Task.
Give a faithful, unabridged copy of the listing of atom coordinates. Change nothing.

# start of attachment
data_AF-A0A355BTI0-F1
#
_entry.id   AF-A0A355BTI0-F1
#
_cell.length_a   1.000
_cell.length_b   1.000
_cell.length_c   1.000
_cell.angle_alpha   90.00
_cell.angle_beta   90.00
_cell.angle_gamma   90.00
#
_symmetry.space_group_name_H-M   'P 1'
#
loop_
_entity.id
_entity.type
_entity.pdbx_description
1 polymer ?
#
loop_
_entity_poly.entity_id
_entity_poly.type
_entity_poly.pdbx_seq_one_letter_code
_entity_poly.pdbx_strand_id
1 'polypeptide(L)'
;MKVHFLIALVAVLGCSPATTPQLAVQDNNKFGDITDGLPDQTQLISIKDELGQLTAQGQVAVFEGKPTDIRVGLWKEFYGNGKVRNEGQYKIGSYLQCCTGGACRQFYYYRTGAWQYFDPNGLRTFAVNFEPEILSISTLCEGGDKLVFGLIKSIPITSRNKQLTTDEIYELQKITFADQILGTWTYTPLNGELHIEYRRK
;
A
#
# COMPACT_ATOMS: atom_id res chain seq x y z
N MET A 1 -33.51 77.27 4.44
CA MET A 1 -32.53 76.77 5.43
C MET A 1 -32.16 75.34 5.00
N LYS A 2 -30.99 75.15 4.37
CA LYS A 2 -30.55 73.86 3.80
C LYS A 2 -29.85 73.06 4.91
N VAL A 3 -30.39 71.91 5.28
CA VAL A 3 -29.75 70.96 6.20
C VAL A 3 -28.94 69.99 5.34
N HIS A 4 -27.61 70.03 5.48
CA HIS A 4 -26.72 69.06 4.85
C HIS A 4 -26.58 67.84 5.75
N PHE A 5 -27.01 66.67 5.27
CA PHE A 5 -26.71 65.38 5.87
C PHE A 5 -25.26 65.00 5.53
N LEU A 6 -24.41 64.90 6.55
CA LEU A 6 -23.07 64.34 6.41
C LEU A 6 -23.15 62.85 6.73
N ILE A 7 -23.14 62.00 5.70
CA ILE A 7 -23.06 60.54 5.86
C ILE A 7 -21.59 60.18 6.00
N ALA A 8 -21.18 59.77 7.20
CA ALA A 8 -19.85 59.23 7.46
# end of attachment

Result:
data_AF-A0A355BTI0-F1
#
_entry.id   AF-A0A355BTI0-F1
#
_cell.length_a   1.000
_cell.length_b   1.000
_cell.length_c   1.000
_cell.angle_alpha   90.00
_cell.angle_beta   90.00
_cell.angle_gamma   90.00
#
_symmetry.space_group_name_H-M   'P 1'
#
loop_
_entity.id
_entity.type
_entity.pdbx_description
1 polymer ?
#
loop_
_entity_poly.entity_id
_entity_poly.type
_entity_poly.pdbx_seq_one_letter_code
_entity_poly.pdbx_strand_id
1 'polypeptide(L)'
;MKVHFLIALVAVLGCSPATTPQLAVQDNNKFGDITDGLPDQTQLISIKDELGQLTAQGQVAVFEGKPTDIRVGLWKEFYGNGKVRNEGQYKIGSYLQCCTGGACRQFYYYRTGAWQYFDPNGLRTFAVNFEPEILSISTLCEGGDKLVFGLIKSIPITSRNKQLTTDEIYELQKITFADQILGTWTYTPLNGELHIEYRRK
;
A
#
# COMPACT_ATOMS: atom_id res chain seq x y z
N MET A 1 -33.51 77.27 4.44
CA MET A 1 -32.53 76.77 5.43
C MET A 1 -32.16 75.34 5.00
N LYS A 2 -30.99 75.15 4.37
CA LYS A 2 -30.55 73.86 3.80
C LYS A 2 -29.85 73.06 4.91
N VAL A 3 -30.39 71.91 5.28
CA VAL A 3 -29.75 70.96 6.20
C VAL A 3 -28.94 69.99 5.34
N HIS A 4 -27.61 70.03 5.48
CA HIS A 4 -26.72 69.06 4.85
C HIS A 4 -26.58 67.84 5.75
N PHE A 5 -27.01 66.67 5.27
CA PHE A 5 -26.71 65.38 5.87
C PHE A 5 -25.26 65.00 5.53
N LEU A 6 -24.41 64.90 6.55
CA LEU A 6 -23.07 64.34 6.41
C LEU A 6 -23.15 62.85 6.73
N ILE A 7 -23.14 62.00 5.70
CA ILE A 7 -23.06 60.54 5.86
C ILE A 7 -21.59 60.18 6.00
N ALA A 8 -21.18 59.77 7.20
CA ALA A 8 -19.85 59.23 7.46